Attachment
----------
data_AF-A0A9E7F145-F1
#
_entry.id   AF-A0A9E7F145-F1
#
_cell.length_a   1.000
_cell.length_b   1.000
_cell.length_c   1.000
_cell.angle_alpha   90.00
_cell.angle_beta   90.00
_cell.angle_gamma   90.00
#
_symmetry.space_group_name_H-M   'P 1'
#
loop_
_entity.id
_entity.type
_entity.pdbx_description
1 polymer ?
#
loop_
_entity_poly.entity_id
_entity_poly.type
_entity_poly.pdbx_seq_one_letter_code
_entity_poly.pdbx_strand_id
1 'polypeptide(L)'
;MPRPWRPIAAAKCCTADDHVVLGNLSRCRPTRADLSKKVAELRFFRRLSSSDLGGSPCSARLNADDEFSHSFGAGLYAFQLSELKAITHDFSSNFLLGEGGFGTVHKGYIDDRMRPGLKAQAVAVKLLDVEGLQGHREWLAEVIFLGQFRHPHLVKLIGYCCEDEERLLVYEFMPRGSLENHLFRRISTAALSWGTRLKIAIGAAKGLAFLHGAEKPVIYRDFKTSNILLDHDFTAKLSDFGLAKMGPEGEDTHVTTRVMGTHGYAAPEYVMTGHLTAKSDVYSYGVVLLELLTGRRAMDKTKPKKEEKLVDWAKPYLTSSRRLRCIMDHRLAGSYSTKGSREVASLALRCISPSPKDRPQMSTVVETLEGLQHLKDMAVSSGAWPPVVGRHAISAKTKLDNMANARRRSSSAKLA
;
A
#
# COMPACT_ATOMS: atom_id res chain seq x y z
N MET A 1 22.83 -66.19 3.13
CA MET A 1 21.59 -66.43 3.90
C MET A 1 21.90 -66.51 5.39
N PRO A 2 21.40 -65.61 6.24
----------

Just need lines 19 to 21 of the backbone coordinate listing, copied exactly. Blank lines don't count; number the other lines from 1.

#
loop_
_entity_poly.entity_id